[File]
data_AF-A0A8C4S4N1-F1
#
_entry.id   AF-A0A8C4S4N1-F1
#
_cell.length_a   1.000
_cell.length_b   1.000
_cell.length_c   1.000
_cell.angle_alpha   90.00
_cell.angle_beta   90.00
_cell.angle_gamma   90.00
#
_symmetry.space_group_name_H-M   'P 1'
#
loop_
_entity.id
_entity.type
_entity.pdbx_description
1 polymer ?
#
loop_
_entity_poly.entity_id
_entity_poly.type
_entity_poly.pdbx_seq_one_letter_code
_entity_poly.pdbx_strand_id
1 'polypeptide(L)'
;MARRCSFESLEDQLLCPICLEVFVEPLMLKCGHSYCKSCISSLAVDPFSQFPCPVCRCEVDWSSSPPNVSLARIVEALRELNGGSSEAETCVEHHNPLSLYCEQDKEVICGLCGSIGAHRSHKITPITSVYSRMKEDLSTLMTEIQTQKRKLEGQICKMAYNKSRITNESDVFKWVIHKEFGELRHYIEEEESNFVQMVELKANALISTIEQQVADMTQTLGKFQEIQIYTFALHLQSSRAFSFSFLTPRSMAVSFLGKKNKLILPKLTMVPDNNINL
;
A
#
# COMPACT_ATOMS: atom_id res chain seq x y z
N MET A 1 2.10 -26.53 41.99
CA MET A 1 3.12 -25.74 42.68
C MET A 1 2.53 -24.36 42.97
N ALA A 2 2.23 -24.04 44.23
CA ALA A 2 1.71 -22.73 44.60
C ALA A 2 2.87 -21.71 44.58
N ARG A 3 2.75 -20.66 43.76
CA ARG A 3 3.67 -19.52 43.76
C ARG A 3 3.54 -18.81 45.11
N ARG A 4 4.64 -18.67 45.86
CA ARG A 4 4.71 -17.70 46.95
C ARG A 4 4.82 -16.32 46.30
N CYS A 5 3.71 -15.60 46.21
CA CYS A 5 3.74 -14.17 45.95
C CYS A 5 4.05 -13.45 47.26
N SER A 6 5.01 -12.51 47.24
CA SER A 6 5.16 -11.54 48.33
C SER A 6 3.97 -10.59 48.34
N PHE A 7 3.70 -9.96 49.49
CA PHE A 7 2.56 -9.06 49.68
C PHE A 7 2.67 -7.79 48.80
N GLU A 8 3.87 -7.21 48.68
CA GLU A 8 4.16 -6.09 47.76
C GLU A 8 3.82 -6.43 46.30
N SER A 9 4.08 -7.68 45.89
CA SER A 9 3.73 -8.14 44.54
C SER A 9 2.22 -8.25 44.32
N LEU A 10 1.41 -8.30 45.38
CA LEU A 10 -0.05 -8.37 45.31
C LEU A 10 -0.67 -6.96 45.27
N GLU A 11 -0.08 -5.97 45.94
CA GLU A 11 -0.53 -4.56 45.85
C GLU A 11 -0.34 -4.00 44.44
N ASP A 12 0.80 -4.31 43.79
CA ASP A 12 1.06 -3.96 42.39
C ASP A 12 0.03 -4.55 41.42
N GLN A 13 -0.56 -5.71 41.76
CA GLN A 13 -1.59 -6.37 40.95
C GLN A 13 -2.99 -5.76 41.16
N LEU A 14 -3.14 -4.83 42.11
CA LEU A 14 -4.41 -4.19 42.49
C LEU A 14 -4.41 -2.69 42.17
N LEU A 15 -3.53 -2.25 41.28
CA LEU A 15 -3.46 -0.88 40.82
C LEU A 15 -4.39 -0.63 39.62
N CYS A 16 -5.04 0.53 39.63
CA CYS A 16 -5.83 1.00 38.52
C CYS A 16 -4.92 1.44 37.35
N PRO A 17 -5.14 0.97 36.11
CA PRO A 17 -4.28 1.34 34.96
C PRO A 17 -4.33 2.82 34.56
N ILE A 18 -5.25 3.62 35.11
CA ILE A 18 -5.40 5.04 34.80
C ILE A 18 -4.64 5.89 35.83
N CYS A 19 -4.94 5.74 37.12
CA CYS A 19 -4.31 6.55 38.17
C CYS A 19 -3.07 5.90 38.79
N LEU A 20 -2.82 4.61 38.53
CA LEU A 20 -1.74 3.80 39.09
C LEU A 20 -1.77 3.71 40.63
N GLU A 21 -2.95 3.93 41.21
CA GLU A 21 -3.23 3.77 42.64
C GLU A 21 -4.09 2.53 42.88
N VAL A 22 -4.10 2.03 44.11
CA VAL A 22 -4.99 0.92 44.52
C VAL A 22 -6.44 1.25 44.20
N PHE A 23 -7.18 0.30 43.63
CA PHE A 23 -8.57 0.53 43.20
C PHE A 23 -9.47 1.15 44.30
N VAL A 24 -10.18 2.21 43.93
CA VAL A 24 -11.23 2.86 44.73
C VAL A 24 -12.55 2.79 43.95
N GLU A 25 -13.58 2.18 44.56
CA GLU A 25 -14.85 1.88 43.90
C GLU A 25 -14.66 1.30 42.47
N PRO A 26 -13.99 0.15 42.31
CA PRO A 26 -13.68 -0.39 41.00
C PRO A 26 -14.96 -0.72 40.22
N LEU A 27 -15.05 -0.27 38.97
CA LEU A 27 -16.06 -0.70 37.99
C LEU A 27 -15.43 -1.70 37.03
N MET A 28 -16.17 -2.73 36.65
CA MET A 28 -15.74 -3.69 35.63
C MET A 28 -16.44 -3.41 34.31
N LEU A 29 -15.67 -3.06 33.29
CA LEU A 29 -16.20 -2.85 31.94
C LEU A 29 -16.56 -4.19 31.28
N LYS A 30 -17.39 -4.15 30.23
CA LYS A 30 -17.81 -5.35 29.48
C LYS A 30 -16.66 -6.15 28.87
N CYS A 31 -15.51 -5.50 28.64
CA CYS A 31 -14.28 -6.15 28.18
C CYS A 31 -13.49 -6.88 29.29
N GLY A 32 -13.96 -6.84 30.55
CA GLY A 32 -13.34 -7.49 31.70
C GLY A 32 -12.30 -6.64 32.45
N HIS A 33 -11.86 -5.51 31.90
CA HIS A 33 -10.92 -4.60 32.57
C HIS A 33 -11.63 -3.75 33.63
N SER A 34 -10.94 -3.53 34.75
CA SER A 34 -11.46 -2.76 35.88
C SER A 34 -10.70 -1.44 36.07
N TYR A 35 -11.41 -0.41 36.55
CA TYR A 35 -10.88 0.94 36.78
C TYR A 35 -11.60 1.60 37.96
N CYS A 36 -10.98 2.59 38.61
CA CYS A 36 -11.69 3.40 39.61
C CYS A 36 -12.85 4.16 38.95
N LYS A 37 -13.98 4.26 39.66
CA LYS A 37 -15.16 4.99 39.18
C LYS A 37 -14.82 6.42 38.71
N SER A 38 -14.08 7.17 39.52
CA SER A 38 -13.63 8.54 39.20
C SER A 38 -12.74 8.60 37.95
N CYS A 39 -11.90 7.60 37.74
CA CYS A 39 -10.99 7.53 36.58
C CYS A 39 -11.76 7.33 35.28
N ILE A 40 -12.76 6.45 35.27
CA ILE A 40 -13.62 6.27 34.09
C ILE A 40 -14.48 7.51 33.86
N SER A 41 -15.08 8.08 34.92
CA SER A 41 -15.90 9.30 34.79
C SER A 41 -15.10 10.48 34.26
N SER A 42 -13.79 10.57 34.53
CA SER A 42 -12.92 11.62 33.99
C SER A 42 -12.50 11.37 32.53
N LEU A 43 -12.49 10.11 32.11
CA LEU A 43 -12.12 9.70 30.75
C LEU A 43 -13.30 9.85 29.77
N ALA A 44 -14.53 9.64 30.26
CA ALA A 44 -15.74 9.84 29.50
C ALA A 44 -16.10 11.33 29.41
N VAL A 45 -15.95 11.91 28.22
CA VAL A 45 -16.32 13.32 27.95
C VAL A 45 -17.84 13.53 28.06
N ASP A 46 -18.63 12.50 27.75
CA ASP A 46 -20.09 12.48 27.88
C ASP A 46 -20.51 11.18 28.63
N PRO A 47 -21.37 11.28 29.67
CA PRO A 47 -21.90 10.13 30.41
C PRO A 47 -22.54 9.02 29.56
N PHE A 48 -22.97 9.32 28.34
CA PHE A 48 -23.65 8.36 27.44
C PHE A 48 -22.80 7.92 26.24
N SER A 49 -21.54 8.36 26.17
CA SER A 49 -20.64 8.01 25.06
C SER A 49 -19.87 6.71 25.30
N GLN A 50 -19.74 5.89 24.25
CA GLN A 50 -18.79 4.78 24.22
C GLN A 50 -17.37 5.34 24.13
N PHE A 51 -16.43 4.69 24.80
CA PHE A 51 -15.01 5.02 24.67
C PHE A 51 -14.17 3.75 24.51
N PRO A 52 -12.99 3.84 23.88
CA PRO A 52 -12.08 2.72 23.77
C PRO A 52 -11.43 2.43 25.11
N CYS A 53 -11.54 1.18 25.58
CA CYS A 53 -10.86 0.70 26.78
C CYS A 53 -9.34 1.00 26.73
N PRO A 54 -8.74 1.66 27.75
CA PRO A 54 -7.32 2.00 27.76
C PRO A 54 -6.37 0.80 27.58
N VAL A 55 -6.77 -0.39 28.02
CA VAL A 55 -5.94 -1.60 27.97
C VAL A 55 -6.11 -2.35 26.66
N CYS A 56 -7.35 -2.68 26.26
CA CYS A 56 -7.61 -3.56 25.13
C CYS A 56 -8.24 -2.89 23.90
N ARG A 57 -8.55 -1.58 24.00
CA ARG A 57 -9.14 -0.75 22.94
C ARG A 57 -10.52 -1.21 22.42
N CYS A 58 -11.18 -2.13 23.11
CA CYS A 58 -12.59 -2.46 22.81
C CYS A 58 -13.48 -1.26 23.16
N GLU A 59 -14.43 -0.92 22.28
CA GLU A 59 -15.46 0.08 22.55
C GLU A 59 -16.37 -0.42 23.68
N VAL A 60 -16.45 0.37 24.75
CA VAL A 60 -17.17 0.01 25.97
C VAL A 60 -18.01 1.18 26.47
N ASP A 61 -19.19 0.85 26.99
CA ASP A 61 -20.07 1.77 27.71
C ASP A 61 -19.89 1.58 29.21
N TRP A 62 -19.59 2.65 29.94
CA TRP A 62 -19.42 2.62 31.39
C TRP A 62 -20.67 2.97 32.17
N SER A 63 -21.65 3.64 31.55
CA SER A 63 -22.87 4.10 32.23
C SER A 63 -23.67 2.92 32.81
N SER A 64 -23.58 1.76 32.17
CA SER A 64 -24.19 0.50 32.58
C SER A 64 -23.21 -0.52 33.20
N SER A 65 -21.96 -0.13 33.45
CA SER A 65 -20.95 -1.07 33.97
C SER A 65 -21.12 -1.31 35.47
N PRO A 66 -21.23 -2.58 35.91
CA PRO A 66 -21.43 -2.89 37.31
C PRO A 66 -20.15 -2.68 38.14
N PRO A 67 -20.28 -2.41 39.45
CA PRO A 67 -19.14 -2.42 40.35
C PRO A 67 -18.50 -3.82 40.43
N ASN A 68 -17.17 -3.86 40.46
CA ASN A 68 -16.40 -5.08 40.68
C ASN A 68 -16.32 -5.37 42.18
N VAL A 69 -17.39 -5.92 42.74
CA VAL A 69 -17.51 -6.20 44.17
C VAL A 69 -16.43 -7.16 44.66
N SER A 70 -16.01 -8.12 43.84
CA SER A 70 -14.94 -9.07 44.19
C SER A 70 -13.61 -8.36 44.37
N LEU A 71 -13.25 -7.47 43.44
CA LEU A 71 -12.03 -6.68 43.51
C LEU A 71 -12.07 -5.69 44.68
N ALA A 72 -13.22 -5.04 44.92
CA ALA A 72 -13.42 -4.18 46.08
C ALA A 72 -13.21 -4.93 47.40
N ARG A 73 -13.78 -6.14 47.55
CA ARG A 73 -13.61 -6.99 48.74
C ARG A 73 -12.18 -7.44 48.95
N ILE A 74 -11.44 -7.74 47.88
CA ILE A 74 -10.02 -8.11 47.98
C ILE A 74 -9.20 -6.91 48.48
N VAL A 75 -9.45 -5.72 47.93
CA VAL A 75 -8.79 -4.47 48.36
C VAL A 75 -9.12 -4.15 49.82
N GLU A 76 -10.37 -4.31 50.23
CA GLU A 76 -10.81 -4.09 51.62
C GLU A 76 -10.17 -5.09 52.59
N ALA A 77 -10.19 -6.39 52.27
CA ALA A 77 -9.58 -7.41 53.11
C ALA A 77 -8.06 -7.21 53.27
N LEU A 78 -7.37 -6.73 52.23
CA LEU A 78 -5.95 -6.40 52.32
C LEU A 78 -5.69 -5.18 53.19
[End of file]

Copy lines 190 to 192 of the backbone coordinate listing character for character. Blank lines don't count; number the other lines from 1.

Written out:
N PRO A 54 -8.74 1.66 27.75
CA PRO A 54 -7.32 2.00 27.76
C PRO A 54 -6.37 0.80 27.58